A tragic end
Yannik is sitting in his Duplo box pulling out Duplo bricks. Fabio
is dragging a wooden crocodile across the floor and Olivia is giving
the washing up a go.
It would seem that 2 months after Bridget's tragic death that everything
is back to normal. But normality is relative. Was it not normal
for us to make daddy Barbas out of real stones, to give a real iguana
a short tug on the tail or to do the washing up in a mountain stream?
Of course we knew that our journey wouldn't last forever but the
fact that our 'normal life'ended so abruptly doesn't make the situation
in Salzburg any easier for us.
But how did it come to this?
Here's a glance back at the last days in Peru.
After getting our bus halfway under control we continued carefully
across the Andes.Yet again we had to cross snowy passes between
the heights of 4000 and 5000m.Once we arrived in Cusco we got to
know the town and its surroundings before taking the train to Agua
From there we set off for Machu Pichu early in the morning where
we spent a day like straight out of a travel brochure.
After that we visited the market in Pisac where we discovered that
the delivery of the package that we had been expecting fron Germany
(the replacement for our stolen photography equipment) had been
Because of this delay we found ourselves with a 'free day' before
leaving for Bolivia,which we wanted to use for a boat trip.
After a short time, the boat capsized between the main current
and eddy. In the next part of the river (which could be classed
as calm) I was able to surface and get back to the boat. I was underwater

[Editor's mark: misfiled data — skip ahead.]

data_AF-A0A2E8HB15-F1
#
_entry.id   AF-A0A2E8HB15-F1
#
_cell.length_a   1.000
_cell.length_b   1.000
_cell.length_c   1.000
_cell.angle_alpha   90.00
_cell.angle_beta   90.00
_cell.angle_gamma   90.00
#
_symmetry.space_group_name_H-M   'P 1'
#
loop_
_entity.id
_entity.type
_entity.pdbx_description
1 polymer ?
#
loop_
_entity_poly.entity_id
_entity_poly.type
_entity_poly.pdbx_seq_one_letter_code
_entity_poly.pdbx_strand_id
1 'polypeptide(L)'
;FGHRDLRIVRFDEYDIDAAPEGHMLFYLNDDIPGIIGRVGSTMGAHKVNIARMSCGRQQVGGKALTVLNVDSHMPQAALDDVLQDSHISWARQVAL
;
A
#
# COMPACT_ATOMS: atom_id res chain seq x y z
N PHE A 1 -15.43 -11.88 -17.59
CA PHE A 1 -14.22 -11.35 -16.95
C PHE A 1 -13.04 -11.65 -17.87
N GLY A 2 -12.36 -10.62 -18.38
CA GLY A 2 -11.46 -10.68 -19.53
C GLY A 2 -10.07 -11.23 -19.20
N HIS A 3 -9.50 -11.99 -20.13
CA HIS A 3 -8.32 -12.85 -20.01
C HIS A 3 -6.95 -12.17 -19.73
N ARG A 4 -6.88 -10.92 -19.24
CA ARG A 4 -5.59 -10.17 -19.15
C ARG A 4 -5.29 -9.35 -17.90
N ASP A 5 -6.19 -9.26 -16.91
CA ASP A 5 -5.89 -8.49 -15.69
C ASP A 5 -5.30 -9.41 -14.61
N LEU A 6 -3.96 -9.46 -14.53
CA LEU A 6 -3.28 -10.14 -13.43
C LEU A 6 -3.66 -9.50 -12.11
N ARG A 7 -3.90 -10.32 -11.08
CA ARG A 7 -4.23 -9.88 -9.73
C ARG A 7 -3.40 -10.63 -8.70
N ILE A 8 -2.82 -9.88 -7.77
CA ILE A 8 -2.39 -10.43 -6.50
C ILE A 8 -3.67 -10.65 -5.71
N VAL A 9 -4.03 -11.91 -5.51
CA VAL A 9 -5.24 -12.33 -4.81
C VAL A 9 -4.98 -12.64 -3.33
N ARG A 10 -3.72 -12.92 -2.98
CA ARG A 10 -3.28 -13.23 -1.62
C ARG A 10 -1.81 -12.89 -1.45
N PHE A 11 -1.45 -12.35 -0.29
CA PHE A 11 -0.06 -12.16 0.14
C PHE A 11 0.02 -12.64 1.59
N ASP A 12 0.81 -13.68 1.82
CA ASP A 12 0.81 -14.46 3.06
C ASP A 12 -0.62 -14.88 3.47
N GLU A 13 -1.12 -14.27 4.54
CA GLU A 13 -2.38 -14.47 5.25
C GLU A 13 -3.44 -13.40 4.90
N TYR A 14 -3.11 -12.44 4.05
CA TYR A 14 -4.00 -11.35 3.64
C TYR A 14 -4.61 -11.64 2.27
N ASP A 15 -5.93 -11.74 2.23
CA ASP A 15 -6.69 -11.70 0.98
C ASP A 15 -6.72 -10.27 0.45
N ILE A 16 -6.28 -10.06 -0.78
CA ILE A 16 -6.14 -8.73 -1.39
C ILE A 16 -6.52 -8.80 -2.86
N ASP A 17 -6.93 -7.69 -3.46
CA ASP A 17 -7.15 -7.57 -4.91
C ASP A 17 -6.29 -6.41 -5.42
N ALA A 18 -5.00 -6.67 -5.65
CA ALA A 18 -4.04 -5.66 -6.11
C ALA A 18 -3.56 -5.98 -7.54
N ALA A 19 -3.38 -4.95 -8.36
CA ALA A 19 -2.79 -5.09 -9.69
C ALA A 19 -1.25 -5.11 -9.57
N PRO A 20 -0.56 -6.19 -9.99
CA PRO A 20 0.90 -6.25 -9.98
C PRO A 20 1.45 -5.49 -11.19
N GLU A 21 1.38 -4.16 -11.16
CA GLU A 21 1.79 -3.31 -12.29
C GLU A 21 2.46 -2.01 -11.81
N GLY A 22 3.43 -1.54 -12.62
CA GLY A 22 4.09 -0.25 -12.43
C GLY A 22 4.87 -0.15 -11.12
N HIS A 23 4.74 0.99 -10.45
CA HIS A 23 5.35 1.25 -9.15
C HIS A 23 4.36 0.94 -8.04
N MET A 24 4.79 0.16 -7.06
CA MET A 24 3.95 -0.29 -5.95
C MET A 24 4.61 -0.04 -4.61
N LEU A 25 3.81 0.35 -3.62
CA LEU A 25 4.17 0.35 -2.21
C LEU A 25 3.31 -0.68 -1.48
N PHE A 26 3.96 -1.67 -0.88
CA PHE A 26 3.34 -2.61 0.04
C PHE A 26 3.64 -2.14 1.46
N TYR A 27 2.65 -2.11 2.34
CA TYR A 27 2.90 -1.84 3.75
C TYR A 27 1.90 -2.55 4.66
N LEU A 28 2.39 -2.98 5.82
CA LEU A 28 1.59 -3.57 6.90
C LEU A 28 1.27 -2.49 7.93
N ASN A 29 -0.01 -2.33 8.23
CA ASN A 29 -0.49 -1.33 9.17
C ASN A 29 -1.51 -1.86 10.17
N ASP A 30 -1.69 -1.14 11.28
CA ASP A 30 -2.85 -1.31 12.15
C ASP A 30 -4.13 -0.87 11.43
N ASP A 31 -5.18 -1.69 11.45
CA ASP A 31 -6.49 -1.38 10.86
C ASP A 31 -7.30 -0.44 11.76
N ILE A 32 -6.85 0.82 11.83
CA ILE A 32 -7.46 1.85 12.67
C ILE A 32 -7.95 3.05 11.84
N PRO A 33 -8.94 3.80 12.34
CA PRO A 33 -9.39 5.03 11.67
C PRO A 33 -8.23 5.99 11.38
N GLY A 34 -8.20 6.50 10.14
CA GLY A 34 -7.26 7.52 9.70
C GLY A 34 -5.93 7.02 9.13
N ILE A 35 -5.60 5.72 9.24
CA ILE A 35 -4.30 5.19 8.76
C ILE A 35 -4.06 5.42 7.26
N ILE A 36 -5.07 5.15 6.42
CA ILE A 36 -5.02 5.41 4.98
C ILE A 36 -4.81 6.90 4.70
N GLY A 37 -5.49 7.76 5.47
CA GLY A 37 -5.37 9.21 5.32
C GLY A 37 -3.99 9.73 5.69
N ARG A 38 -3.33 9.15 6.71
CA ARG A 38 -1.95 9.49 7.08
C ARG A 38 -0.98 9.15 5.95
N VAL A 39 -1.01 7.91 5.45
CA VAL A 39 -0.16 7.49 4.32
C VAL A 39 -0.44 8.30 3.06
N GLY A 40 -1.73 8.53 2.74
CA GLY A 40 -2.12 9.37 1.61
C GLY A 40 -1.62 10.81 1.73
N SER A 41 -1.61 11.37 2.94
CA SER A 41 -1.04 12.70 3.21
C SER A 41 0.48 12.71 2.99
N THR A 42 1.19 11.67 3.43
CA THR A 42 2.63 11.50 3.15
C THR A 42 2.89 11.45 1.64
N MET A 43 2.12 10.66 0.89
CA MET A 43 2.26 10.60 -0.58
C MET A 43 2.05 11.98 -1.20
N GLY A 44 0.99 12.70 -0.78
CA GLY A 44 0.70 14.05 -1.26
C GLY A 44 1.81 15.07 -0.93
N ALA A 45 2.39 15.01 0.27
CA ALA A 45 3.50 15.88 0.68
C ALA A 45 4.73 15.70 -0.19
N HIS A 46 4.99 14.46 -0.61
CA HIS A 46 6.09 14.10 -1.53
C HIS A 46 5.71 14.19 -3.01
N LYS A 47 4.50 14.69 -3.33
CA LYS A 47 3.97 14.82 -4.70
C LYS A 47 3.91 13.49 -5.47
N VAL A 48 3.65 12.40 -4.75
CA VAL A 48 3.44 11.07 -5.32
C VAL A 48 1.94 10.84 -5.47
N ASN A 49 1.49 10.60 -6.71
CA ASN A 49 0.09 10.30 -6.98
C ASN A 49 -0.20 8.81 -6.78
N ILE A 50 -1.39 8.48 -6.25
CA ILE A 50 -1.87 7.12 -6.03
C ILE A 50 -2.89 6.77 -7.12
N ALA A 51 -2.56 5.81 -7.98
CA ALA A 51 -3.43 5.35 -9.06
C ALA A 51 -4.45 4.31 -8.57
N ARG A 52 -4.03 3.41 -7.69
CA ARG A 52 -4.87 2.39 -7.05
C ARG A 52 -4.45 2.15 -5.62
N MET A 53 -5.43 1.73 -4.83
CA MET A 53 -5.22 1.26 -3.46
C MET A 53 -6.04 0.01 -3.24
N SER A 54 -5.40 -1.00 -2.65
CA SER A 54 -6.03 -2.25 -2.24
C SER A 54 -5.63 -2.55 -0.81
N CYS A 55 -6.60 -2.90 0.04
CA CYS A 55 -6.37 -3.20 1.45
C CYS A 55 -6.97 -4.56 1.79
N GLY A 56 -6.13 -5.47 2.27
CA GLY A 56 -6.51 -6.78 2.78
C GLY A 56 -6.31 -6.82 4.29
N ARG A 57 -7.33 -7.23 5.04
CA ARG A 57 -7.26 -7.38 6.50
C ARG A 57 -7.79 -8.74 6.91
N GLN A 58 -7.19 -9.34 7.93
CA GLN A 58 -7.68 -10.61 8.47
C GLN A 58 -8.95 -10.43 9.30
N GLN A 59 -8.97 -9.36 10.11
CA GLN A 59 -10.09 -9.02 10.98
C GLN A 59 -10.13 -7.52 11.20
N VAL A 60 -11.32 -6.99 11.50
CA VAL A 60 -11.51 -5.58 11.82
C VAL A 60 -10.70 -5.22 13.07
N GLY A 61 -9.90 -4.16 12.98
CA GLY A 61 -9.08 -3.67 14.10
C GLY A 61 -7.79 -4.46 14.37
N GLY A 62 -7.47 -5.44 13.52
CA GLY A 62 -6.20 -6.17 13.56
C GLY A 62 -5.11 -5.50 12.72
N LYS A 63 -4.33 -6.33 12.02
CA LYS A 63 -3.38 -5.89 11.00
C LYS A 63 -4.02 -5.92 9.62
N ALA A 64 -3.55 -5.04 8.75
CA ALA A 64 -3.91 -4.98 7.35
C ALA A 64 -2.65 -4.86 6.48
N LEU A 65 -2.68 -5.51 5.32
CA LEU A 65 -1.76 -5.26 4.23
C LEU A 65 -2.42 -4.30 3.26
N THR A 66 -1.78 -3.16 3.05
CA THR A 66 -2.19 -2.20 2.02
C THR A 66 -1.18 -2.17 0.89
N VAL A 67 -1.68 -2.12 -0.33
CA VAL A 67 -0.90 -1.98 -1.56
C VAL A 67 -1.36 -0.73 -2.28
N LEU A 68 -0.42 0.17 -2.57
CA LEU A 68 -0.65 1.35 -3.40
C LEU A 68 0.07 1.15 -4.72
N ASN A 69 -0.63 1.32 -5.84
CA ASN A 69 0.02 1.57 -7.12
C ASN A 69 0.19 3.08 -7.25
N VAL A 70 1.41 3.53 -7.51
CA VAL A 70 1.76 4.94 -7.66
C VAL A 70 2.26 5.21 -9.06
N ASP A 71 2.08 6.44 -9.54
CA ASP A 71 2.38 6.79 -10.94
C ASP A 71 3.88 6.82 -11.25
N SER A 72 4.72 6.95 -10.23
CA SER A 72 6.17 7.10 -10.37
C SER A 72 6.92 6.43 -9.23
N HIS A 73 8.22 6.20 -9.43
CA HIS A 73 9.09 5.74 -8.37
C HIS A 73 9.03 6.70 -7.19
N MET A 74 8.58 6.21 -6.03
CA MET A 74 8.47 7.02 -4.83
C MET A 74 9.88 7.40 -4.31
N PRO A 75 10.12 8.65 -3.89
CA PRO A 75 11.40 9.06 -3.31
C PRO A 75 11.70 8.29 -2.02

for quite a while and Olivia was tied to my back. Then I managed
to get all three of the children back to safety in the boat. I didn't
have any more contact with Bridget. I presumed that she had already
swum back to the bank. Yannik confirmed that when he told me he
had seen her clinging to a rock. My attempts and all other official
attempts to find her after that were in vain.
Almost exactly one month later, local fishermen saw Bridge's body
being swept downstream. Now she lies here in Salzburg in the Kommunalfriedhof
For now I can only find consolaton in the fact that the time we
shared with each other was lived intensely and to the full. My close
contact with Bridget and the children helps me to cope from day
to day now that we're alone. But after seven months in which my
wife and I spent every hour together,it is so hard for me to get
by without her joyfulness.
I would like to thank all those who have supported me in any way
or have sent me e-mails of encouragement. Although I know that Bridget,
through her joyfulness and untimely death, inspired and strengthened
a lot of people to make the most of their own time, most will carry
on as before, without change. Should any one or the other of you
have been moved to a positive change through her then I would be
delighted to receive your e-mails.
In spite of this tragic end,I hope that you enjoyed following our
journey as much as we enjoyed travelling.